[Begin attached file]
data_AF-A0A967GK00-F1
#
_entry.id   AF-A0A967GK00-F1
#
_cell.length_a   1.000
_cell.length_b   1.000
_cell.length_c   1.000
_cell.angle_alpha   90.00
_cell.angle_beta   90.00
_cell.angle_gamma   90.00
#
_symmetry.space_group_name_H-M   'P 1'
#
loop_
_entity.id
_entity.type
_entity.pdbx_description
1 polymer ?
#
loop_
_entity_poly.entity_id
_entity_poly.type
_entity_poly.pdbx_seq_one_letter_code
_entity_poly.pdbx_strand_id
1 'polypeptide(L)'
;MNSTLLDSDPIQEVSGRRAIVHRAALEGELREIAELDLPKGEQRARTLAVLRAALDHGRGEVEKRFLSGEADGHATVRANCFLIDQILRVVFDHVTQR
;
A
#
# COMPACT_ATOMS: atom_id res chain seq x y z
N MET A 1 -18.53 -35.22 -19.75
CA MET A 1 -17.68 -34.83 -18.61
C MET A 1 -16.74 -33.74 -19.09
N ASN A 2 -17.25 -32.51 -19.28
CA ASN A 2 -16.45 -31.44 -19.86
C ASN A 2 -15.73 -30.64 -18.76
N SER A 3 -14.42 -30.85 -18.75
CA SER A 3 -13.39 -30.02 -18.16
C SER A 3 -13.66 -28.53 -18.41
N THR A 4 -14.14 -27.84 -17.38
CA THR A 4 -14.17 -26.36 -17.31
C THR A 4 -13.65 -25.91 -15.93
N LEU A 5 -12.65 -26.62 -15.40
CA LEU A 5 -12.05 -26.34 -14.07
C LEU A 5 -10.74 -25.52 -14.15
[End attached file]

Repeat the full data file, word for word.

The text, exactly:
data_AF-A0A967GK00-F1
#
_entry.id   AF-A0A967GK00-F1
#
_cell.length_a   1.000
_cell.length_b   1.000
_cell.length_c   1.000
_cell.angle_alpha   90.00
_cell.angle_beta   90.00
_cell.angle_gamma   90.00
#
_symmetry.space_group_name_H-M   'P 1'
#
loop_
_entity.id
_entity.type
_entity.pdbx_description
1 polymer ?
#
loop_
_entity_poly.entity_id
_entity_poly.type
_entity_poly.pdbx_seq_one_letter_code
_entity_poly.pdbx_strand_id
1 'polypeptide(L)'
;MNSTLLDSDPIQEVSGRRAIVHRAALEGELREIAELDLPKGEQRARTLAVLRAALDHGRGEVEKRFLSGEADGHATVRANCFLIDQILRVVFDHVTQR
;
A
#
# COMPACT_ATOMS: atom_id res chain seq x y z
N MET A 1 -18.53 -35.22 -19.75
CA MET A 1 -17.68 -34.83 -18.61
C MET A 1 -16.74 -33.74 -19.09
N ASN A 2 -17.25 -32.51 -19.28
CA ASN A 2 -16.45 -31.44 -19.86
C ASN A 2 -15.73 -30.64 -18.76
N SER A 3 -14.42 -30.85 -18.75
CA SER A 3 -13.39 -30.02 -18.16
C SER A 3 -13.66 -28.53 -18.41
N THR A 4 -14.14 -27.84 -17.38
CA THR A 4 -14.17 -26.36 -17.31
C THR A 4 -13.65 -25.91 -15.93
N LEU A 5 -12.65 -26.62 -15.40
CA LEU A 5 -12.05 -26.34 -14.07
C LEU A 5 -10.74 -25.52 -14.15